Earlier this offseason, the Cleveland Browns and Jacksonville Jaguars (both losing teams with enormous amounts of salary cap space) decided to get in a massive bidding war for the services of restricted free agent center Alex Mack. In the end, the Browns managed to keep Mack by matching the Jaguars' offer of a five-year, $42 million deal ($8.4 million per year), with $26 million fully guaranteed at signing plus a no-trade clause, because as a restricted free agent, Mack was obligated to remain with his current team if they matched the highest competing offer.
That made Mack the highest paid center in the NFL. For comparison, the Miami Dolphins just signed unrestricted free agent left tackle Branden Albert, coming off a Pro Bowl year with the Kansas City Chiefs, to a 5-year, $46 million deal ($9.2 million per year), with $25 million guaranteed (less than Mack), and historically, centers have been paid significantly less than left tackles. However, if you were to pick a center that could deserve "left tackle" money, Alex Mack isn't a bad choice. He's a former 1st round pick, 2-time Pro Bowler, 1-time All Pro, who not only had never missed a start in his career, but had never missed a single snap in his career. In addition, he had been rated a top-10 center every single year of his career by Pro Football Focus, and he had no history of character issues/arrests. So, Mack was a player with a 5-year history of extreme durability, consistently high play, and no character red flags who happened to draw interest from two franchises flush with cap space that decided to get into a bidding war. The question then became, would other centers would be able to use Mack's deal a benchmark in their own negotiations?
The answer appears to be, "Yes." The Pittsburgh Steelers just awarded their young center Maurkice Pouncey a contract that is even more generous than Mack's despite the fact that Maurkice still had a full year left under his current rookie deal and is rehabbing from a season-ending torn ACL injury. Per Pro Football Talk's Mike Florio and verified by ESPN's Adam Schefter, Maurkice Pouncey just signed a 5-year extension worth over $44 million (paying an average of over $8.8 million per year). The total guaranteed hasn't been released yet, but his signing bonus has been confirmed to be $13 million, and if his first 2 base salaries are guaranteed (which is common for these types of contracts), his likely payday in the first 2 years of this deal could fall in the neighborhood of $23 million unless the Steelers cut him, which is very unlikely unless his injury problems worsen.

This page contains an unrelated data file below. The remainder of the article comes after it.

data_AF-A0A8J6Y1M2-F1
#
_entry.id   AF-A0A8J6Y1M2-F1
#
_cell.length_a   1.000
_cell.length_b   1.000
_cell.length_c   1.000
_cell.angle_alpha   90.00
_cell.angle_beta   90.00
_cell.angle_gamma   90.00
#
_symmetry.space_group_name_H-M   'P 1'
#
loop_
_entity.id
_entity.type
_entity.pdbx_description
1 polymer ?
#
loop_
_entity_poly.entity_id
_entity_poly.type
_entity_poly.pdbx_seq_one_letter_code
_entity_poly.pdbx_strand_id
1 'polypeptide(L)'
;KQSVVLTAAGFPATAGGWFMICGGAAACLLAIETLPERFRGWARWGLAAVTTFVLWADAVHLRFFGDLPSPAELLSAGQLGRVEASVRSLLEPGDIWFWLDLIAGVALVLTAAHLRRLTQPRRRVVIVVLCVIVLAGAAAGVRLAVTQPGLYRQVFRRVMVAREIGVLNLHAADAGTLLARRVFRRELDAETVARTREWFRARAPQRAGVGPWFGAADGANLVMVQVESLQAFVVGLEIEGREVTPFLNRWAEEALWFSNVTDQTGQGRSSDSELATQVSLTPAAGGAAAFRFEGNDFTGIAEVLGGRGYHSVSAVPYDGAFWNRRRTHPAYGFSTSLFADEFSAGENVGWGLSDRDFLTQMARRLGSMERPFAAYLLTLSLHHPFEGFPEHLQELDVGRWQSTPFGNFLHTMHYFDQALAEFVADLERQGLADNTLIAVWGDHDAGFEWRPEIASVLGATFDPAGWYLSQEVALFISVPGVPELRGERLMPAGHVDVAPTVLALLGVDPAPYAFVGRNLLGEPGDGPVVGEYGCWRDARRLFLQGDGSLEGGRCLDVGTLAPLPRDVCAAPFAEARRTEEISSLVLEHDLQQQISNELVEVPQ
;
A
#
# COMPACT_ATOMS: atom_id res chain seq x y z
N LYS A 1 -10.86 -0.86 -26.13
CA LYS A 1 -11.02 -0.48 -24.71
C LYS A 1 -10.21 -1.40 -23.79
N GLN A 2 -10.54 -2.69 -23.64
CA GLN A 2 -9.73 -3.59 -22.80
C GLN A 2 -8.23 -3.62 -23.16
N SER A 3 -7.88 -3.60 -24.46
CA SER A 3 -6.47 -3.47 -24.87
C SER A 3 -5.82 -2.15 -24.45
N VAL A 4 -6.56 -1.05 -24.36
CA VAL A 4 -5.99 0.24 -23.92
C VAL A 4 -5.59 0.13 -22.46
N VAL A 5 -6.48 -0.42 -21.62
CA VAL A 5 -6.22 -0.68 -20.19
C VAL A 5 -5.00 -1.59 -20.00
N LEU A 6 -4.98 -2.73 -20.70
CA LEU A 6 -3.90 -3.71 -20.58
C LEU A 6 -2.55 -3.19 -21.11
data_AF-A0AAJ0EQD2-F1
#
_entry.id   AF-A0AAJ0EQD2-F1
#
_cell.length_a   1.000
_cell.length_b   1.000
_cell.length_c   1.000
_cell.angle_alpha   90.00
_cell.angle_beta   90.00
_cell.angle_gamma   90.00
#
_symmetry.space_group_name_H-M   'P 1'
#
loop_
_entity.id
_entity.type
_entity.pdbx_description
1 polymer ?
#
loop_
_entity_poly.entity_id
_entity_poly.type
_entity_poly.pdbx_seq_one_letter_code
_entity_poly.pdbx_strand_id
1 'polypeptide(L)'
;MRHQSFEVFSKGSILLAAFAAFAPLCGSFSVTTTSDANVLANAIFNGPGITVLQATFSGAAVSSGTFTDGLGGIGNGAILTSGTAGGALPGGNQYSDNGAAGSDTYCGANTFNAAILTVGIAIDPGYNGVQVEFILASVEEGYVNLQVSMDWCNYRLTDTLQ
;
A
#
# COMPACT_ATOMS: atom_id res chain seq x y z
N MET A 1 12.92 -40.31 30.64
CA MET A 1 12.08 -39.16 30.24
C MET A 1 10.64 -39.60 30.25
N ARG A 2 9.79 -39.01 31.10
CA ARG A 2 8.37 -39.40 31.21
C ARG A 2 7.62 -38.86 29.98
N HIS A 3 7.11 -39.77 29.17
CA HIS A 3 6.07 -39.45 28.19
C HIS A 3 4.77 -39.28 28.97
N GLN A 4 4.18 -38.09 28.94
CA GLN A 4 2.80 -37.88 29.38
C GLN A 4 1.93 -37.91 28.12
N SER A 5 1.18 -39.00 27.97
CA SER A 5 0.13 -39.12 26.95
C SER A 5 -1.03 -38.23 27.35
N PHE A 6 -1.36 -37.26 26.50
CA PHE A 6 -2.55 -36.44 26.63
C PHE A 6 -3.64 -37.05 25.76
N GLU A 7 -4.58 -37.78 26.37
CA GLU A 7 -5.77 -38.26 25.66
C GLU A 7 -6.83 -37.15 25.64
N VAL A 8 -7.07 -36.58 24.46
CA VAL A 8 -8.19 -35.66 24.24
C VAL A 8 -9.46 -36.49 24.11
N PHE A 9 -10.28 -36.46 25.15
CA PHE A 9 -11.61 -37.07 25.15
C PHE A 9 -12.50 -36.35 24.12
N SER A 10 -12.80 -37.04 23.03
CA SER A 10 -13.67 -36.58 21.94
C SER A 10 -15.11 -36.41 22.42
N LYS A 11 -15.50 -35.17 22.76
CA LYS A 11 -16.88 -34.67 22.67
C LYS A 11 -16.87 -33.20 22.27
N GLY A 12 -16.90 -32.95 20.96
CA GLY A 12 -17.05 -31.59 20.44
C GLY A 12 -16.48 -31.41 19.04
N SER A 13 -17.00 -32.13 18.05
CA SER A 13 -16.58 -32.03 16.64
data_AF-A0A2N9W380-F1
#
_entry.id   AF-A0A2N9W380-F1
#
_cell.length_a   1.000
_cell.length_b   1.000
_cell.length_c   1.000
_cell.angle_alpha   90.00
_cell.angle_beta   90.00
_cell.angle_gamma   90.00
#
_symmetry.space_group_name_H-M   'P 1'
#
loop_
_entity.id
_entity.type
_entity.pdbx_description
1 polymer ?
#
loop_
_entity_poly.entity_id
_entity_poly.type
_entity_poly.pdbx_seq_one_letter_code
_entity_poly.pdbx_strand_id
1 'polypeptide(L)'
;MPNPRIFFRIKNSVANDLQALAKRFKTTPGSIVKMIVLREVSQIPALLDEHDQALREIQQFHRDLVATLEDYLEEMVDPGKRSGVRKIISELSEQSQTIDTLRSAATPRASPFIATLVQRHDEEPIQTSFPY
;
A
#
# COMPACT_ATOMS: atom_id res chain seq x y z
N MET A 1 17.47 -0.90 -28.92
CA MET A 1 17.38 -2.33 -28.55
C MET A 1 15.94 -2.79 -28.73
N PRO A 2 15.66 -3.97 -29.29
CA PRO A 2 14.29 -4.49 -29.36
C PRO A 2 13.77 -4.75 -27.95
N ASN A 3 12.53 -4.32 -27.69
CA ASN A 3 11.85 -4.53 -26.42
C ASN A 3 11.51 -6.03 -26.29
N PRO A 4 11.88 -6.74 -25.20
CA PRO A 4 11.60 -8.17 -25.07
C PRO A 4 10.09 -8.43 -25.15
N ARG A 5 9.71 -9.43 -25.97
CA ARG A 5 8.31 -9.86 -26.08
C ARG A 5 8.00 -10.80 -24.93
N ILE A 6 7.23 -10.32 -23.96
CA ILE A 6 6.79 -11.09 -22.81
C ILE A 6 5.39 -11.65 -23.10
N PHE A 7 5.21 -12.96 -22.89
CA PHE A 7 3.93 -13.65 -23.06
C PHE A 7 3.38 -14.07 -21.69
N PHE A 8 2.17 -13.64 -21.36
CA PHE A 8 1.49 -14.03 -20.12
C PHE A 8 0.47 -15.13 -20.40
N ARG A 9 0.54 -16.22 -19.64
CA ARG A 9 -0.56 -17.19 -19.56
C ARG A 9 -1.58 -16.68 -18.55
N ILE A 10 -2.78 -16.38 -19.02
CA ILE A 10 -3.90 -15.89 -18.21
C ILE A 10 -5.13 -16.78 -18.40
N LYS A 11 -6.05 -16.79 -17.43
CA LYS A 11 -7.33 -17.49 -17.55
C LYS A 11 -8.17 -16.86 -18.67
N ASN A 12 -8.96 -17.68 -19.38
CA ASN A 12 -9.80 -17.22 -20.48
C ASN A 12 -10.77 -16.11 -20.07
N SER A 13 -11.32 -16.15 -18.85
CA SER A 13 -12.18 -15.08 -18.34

Again - that's $8.8 million per year, potentially $23+ million paid in the first 2 years (assuming reasonably good health) for a player who was still a year away from hitting restricted free agency AND is rehabbing from a torn ACL and therefore might not even be 100% for this upcoming season. That's a sizable deal to award a player with very limited leverage at the moment. Unlike Mack, Maurkice has been ranked as consistently "merely around average" by PFF, never once breaking into the top-10. Unlike Mack, Maurkice has missed 2 games as a sophomore, 1 game as a third year player, and 15 games as a fourth year player, so Maurkice has missed a combined 18 games the past 3 seasons and yet still got a market-setting contract.
So this is relevant to the Dolphins because starting center Mike Pouncey has been asking for a new contract and is represented by the same agent as his twin brother. With this new deal for Mike's brother, the top-8 centers in the NFL are averaging $7.3 million per year, and the trend is pointing up. Mike Pouncey last year finally made the Pro Bowl despite the negative PR from the Jon Martin scandal, and Pouncey could have a career year next year with more offensive line talent around him and without the distractions of the Martin scandal and a gallbladder infection that hospitalized him for several days during last season. If that happens, it's completely reasonable to predict that the Dolphins could be required to offer him at least $9 million per year to keep him long-term. After all, Mike Pouncey has only missed 2 games the past 3 seasons, and he has arguably outplayed his brother by PFF's rankings (which NFL agents are allegedly using in negotiations with teams).
More and more teams are looking for interior defensive linemen like the Bengals' Geno Atkins and the Titans' Jurrell Casey who produce sack totals like edge rushers, which has therefore led to teams placing a premium on good pass protecting interior offensive linemen to stop them. With NFL franchises apparently more than happy to award record-setting deals even to centers who aren't unrestricted free agents, allowing Mike Pouncey to hit either restricted or unrestricted free agency could lead to another team stealing him away by making an enormous offer.